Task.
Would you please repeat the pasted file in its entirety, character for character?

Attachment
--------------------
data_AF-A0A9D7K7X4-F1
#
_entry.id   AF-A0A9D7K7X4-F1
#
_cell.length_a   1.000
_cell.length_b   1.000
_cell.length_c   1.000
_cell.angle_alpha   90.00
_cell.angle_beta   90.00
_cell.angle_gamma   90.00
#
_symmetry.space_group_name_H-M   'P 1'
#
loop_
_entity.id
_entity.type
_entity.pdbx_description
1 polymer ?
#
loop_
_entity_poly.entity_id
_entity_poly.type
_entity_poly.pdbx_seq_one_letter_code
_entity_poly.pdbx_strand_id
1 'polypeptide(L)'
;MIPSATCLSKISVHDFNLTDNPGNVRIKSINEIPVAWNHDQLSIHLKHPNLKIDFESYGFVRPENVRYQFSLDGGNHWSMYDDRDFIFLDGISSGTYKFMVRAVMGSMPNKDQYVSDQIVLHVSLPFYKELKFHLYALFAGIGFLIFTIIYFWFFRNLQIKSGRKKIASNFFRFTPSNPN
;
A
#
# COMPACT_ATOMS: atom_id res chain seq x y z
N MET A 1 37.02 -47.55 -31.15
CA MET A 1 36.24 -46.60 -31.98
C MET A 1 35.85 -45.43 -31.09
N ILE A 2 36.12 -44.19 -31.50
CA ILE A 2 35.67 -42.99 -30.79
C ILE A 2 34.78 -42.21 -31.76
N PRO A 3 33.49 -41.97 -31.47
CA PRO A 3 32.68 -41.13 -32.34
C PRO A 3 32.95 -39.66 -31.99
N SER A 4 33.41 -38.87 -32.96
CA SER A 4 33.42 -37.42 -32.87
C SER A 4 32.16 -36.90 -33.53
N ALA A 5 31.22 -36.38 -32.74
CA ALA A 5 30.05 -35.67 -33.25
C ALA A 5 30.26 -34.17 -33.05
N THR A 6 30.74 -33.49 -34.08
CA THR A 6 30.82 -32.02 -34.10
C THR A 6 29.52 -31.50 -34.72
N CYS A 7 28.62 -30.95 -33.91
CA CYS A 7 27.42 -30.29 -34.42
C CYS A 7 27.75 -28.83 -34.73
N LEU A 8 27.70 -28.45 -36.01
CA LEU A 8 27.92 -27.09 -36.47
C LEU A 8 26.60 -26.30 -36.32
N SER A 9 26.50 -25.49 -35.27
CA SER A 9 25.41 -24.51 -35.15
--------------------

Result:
data_AF-A0A9D7K7X4-F1
#
_entry.id   AF-A0A9D7K7X4-F1
#
_cell.length_a   1.000
_cell.length_b   1.000
_cell.length_c   1.000
_cell.angle_alpha   90.00
_cell.angle_beta   90.00
_cell.angle_gamma   90.00
#
_symmetry.space_group_name_H-M   'P 1'
#
loop_
_entity.id
_entity.type
_entity.pdbx_description
1 polymer ?
#
loop_
_entity_poly.entity_id
_entity_poly.type
_entity_poly.pdbx_seq_one_letter_code
_entity_poly.pdbx_strand_id
1 'polypeptide(L)'
;MIPSATCLSKISVHDFNLTDNPGNVRIKSINEIPVAWNHDQLSIHLKHPNLKIDFESYGFVRPENVRYQFSLDGGNHWSMYDDRDFIFLDGISSGTYKFMVRAVMGSMPNKDQYVSDQIVLHVSLPFYKELKFHLYALFAGIGFLIFTIIYFWFFRNLQIKSGRKKIASNFFRFTPSNPN
;
A
#
# COMPACT_ATOMS: atom_id res chain seq x y z
N MET A 1 37.02 -47.55 -31.15
CA MET A 1 36.24 -46.60 -31.98
C MET A 1 35.85 -45.43 -31.09
N ILE A 2 36.12 -44.19 -31.50
CA ILE A 2 35.67 -42.99 -30.79
C ILE A 2 34.78 -42.21 -31.76
N PRO A 3 33.49 -41.97 -31.47
CA PRO A 3 32.68 -41.13 -32.34
C PRO A 3 32.95 -39.66 -31.99
N SER A 4 33.41 -38.87 -32.96
CA SER A 4 33.42 -37.42 -32.87
C SER A 4 32.16 -36.90 -33.53
N ALA A 5 31.22 -36.38 -32.74
CA ALA A 5 30.05 -35.67 -33.25
C ALA A 5 30.26 -34.17 -33.05
N THR A 6 30.74 -33.49 -34.08
CA THR A 6 30.82 -32.02 -34.10
C THR A 6 29.52 -31.50 -34.72
N CYS A 7 28.62 -30.95 -33.91
CA CYS A 7 27.42 -30.29 -34.42
C CYS A 7 27.75 -28.83 -34.73
N LEU A 8 27.70 -28.45 -36.01
CA LEU A 8 27.92 -27.09 -36.47
C LEU A 8 26.60 -26.30 -36.32
N SER A 9 26.50 -25.49 -35.27
CA SER A 9 25.41 -24.51 -35.15